If you’ve had even one conversation with me, it’s likely you know that I love cheese. Especially French cheese.
I love cheese so much that I splurged on this book as an emotional pick-me-up after a trying day in Auch (retail therapy is real). I love cheese so much that I fear I will wake up one morning only to discover that I’ve become lactose-intolerant. And I’m sure that without cheese I’d have a hard time maintaining my curvy physique.
In France, good cheese is dirt cheap at the supermarket (less than 2€ for a hearty slice of something we Americans consider a luxury item). In my experience, it’s even better when purchased at the local market.
Auch has two weekly markets: one on Thursday and one on Saturday. Thursday’s features the cheese man.
Each Thursday, I would finish up my morning classes, erase the white board, and book it down avenue de l’Yser, around the Patte d’Oie, and down rue Rouget de l’Isle until I reached avenue Hoche and the sprawling marché de jeudi.
I’d buy some local eggs, various pieces of fresh produce, maybe some honey, and a couple scones or a loaf of bread. Then I’d get in the cheese line.
I’d stare wide-eyed with my mouth watering at huge wheels of Camembert and Emmental, little round cylinders of Chèvre, and mold-speckled Roquefort. I’d watch the cheese man lop off slabs of butter from a giant block and spoon crème fraîche into little plastic containers. I’d witness crotchety old Frenchmen exchange upwards of 30€ for their weekly cheese order like it was no big deal. Suddenly it was my turn and though I’d been in line sometimes for as long as 15 minutes, I never quite knew what I wanted.
The first few times, flustered, I ordered a trusted favorite: Comté, a semi-hard cow’s milk cheese. It’s sharp and nutty on the tongue; I usually describe it as the love child of Parmesan and Swiss, though really it’s so much more.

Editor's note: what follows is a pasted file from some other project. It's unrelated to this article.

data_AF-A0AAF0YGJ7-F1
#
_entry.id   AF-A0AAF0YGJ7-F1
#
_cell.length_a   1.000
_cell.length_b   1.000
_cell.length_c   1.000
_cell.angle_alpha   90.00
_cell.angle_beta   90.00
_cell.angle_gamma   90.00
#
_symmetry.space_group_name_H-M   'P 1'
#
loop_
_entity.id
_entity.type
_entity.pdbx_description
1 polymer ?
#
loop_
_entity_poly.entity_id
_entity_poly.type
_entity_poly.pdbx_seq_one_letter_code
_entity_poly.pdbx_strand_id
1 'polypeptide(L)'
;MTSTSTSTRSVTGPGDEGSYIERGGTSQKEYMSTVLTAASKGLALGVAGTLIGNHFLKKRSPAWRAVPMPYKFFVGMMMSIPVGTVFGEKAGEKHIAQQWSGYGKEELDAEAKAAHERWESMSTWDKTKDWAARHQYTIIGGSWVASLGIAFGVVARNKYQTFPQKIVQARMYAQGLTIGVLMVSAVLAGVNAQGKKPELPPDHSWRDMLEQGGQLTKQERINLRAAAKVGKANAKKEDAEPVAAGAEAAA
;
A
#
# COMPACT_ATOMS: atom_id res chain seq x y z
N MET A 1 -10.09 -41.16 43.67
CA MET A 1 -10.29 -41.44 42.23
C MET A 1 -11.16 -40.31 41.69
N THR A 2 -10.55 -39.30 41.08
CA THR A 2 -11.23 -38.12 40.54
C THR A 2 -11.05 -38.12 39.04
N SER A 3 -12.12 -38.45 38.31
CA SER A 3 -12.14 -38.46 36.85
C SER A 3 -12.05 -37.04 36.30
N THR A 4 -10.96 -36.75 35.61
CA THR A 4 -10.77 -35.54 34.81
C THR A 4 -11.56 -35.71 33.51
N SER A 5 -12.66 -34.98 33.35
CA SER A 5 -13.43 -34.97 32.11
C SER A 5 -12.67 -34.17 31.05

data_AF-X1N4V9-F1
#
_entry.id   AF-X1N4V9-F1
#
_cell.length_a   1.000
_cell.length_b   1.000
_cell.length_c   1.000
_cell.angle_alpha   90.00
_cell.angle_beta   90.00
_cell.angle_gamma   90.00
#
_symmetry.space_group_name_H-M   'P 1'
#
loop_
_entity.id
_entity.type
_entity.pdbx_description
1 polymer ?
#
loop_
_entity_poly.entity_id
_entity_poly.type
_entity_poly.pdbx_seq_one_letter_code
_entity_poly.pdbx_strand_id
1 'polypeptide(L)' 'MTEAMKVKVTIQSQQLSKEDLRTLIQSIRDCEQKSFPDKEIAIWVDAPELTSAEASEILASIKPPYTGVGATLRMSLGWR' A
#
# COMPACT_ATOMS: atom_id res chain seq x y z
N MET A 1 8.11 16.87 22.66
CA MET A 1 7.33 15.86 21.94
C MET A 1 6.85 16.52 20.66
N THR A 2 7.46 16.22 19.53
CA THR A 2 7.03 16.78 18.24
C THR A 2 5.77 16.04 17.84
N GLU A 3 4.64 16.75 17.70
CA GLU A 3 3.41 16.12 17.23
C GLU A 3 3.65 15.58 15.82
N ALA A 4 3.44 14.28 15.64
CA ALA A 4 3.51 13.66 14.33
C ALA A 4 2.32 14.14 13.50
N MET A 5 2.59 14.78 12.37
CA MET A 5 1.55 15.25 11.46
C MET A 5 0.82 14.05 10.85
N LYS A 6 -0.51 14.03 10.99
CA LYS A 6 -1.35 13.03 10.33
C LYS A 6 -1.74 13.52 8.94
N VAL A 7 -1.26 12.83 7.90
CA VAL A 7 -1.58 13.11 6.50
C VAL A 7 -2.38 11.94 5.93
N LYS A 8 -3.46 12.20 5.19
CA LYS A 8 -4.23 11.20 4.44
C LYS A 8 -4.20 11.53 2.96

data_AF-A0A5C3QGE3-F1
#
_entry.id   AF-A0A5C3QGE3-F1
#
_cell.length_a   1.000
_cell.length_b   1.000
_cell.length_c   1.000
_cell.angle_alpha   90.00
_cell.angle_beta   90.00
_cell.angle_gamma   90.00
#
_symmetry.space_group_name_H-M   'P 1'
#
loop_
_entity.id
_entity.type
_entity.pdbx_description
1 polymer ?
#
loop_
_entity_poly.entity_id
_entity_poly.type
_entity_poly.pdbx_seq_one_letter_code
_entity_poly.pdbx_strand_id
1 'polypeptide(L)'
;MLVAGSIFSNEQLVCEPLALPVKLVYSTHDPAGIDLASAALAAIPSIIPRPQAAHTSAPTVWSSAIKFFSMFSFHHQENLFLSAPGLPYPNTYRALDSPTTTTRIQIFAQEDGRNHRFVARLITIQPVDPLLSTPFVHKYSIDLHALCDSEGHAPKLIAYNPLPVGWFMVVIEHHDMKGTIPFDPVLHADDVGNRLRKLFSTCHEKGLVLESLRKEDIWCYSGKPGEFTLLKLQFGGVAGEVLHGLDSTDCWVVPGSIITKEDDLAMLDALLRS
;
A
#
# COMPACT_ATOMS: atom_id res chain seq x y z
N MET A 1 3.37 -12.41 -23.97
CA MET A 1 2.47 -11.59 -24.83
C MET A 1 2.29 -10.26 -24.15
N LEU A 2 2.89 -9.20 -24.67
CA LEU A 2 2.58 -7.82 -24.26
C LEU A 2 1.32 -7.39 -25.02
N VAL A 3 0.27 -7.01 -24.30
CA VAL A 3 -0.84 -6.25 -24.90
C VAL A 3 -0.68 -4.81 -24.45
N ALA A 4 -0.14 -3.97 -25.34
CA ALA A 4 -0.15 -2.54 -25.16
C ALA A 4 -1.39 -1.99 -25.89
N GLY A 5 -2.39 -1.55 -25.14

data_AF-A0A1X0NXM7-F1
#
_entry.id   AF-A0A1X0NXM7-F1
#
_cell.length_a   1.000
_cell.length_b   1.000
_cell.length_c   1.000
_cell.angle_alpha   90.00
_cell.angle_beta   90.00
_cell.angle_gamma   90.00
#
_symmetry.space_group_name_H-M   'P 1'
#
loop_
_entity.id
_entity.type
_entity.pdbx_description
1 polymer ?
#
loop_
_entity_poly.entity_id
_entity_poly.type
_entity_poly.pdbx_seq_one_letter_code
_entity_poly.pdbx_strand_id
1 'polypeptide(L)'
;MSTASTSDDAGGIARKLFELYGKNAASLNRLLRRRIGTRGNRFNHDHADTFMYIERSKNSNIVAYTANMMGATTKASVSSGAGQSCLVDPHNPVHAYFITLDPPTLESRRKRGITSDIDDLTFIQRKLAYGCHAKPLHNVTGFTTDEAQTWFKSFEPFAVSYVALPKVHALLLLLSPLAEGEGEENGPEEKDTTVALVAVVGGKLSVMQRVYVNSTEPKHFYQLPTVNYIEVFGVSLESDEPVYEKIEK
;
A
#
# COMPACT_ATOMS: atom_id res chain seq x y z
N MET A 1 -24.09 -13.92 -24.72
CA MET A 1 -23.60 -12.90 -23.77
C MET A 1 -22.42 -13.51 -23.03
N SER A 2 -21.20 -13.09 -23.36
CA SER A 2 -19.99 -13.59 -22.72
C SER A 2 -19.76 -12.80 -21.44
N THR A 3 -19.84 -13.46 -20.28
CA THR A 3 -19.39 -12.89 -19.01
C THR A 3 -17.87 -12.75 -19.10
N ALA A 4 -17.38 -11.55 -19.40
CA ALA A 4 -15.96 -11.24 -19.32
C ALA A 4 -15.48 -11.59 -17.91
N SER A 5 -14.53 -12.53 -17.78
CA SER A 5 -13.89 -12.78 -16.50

Eventually I got bolder and would ask for something unfamiliar that had caught my eye along with a classic stand-by like Brie.
The cheese never disappointed: a million times tastier (though usually slightly more expensive) than its supermarket counterpart (which, for the record, was also really tasty). And I’ll always remember my friendly rapport with the cheese man as fondly as the fromages he sold me.
After my third or fourth visit, I had become a regular. He’d greet me with a wink or a “Bonjour, Mademoiselle!” as soon as I got in line. Other regulars would jokingly goad him while we waited and he’d urge me to defend him with a twinkle in his eye. And when I got to the front of the line he’d patiently say “Oui, ma petite?” before slicing me off a tranche of whatever I’d selected.
Since returning to the United States, I’ve had a hard time replacing my weekly visit to the cheese man with trips down the dairy aisle. Luckily Portland lies in the land of Trader Joe’s whose selection of fromages français is satisfactory (they have all my classic favorites) and whose prices don’t threaten me with immediate bankruptcy.